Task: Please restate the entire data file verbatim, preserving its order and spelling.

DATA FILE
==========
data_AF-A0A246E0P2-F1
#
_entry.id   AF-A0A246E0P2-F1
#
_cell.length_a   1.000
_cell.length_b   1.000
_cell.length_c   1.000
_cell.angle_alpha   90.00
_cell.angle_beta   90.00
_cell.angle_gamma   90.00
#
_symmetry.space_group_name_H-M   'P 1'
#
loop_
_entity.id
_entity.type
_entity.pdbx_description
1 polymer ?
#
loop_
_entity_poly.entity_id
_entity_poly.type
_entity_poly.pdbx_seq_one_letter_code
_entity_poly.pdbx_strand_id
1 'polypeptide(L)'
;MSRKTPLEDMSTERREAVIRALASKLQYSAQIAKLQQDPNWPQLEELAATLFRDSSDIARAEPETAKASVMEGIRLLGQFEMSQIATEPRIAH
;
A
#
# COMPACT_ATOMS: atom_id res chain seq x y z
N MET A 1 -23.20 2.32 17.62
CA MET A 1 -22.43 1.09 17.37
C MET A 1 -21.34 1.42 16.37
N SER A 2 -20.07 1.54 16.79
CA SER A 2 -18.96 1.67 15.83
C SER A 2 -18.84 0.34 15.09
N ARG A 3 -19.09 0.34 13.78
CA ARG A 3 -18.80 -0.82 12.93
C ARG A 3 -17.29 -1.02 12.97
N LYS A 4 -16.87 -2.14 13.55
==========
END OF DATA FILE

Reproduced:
data_AF-A0A246E0P2-F1
#
_entry.id   AF-A0A246E0P2-F1
#
_cell.length_a   1.000
_cell.length_b   1.000
_cell.length_c   1.000
_cell.angle_alpha   90.00
_cell.angle_beta   90.00
_cell.angle_gamma   90.00
#
_symmetry.space_group_name_H-M   'P 1'
#
loop_
_entity.id
_entity.type
_entity.pdbx_description
1 polymer ?
#
loop_
_entity_poly.entity_id
_entity_poly.type
_entity_poly.pdbx_seq_one_letter_code
_entity_poly.pdbx_strand_id
1 'polypeptide(L)'
;MSRKTPLEDMSTERREAVIRALASKLQYSAQIAKLQQDPNWPQLEELAATLFRDSSDIARAEPETAKASVMEGIRLLGQFEMSQIATEPRIAH
;
A
#
# COMPACT_ATOMS: atom_id res chain seq x y z
N MET A 1 -23.20 2.32 17.62
CA MET A 1 -22.43 1.09 17.37
C MET A 1 -21.34 1.42 16.37
N SER A 2 -20.07 1.54 16.79
CA SER A 2 -18.96 1.67 15.83
C SER A 2 -18.84 0.34 15.09
N ARG A 3 -19.09 0.34 13.78
CA ARG A 3 -18.80 -0.82 12.93
C ARG A 3 -17.29 -1.02 12.97
N LYS A 4 -16.87 -2.14 13.55